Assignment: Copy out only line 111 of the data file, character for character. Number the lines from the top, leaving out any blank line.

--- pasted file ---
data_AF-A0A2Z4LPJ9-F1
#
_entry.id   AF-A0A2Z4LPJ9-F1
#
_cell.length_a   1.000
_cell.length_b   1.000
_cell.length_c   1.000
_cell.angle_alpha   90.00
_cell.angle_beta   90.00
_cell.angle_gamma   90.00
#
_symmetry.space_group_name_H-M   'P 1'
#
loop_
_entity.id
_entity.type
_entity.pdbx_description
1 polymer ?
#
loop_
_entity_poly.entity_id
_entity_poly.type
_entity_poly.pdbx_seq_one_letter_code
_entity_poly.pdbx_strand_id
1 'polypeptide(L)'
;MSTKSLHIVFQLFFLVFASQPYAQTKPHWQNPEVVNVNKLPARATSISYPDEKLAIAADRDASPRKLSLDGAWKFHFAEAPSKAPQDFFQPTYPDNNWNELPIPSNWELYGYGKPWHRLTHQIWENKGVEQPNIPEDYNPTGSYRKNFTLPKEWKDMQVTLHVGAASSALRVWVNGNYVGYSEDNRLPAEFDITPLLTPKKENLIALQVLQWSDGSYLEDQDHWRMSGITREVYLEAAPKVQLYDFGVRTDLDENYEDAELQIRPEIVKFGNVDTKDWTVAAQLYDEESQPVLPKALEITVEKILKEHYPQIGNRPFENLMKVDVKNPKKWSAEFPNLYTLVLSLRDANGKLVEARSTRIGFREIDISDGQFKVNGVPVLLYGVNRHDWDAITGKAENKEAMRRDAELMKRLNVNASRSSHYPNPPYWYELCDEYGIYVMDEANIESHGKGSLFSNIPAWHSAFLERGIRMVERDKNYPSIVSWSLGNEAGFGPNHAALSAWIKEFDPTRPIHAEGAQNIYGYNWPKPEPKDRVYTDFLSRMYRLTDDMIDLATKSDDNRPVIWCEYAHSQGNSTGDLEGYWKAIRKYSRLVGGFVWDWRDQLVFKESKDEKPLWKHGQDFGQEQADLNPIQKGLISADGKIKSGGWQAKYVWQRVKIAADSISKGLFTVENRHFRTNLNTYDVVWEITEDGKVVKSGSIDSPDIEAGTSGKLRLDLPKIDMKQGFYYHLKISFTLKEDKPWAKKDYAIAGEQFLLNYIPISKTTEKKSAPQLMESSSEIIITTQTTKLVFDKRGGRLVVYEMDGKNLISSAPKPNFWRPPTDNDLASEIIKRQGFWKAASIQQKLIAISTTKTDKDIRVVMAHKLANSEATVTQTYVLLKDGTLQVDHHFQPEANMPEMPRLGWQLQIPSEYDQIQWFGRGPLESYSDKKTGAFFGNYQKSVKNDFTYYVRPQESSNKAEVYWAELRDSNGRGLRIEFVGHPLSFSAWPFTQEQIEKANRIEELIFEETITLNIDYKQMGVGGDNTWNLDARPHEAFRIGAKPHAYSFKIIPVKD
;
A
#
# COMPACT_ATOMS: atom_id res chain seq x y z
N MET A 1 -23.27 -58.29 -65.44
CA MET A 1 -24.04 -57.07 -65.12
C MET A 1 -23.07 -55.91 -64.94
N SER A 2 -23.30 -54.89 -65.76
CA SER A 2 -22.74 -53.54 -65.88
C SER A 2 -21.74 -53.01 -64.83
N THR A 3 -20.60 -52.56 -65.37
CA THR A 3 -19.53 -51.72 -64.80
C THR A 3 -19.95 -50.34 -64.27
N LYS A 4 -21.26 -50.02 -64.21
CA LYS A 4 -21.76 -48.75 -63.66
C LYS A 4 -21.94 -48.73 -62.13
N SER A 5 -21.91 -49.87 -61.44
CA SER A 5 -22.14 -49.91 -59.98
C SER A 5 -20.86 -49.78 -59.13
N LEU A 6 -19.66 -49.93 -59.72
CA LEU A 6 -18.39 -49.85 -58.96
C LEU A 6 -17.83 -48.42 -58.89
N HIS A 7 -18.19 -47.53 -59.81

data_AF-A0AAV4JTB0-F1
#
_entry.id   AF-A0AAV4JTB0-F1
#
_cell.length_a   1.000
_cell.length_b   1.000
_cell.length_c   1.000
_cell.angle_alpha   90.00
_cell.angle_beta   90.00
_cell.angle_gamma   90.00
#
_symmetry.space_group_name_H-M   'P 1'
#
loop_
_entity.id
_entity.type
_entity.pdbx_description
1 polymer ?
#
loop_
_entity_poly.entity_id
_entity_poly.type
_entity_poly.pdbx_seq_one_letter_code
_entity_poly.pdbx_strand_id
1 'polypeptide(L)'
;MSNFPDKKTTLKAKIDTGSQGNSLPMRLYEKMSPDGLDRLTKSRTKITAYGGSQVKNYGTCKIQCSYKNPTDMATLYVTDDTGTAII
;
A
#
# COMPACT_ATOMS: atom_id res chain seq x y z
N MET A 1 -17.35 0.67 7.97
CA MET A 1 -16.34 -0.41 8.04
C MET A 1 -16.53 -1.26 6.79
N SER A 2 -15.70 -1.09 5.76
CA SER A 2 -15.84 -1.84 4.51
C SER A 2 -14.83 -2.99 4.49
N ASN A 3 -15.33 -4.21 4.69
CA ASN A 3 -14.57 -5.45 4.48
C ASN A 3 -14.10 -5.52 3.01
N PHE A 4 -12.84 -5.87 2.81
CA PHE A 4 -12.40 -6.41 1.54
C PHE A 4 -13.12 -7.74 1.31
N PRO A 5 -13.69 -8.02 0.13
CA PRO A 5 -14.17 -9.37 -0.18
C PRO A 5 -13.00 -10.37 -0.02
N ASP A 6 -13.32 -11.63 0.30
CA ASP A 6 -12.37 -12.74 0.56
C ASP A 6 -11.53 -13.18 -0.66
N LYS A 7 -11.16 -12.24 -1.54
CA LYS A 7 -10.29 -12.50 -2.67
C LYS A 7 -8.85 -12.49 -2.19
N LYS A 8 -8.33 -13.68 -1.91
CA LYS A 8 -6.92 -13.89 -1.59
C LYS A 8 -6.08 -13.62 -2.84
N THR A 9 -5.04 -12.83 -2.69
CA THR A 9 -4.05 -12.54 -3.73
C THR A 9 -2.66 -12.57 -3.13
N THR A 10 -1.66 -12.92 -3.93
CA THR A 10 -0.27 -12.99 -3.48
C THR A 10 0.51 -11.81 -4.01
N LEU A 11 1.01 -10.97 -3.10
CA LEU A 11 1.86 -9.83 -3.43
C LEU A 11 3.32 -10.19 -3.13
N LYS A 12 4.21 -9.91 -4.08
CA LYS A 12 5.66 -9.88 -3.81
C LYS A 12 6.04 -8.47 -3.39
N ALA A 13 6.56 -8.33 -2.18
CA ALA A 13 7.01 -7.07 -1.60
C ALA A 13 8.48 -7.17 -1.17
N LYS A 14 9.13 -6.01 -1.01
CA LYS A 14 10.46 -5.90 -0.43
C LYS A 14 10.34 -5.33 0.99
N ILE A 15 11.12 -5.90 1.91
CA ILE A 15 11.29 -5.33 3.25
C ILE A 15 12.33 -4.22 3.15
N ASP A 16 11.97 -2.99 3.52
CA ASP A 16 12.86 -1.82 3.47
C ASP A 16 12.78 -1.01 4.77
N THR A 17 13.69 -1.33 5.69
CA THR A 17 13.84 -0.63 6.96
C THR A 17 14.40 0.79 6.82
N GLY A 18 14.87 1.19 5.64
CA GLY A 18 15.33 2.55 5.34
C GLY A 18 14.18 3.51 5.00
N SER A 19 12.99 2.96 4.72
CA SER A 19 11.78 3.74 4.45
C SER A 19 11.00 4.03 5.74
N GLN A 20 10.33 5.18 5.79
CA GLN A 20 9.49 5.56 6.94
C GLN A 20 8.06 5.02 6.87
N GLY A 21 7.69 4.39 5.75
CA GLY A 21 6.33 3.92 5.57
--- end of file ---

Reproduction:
CA LEU A 11 1.86 -9.83 -3.43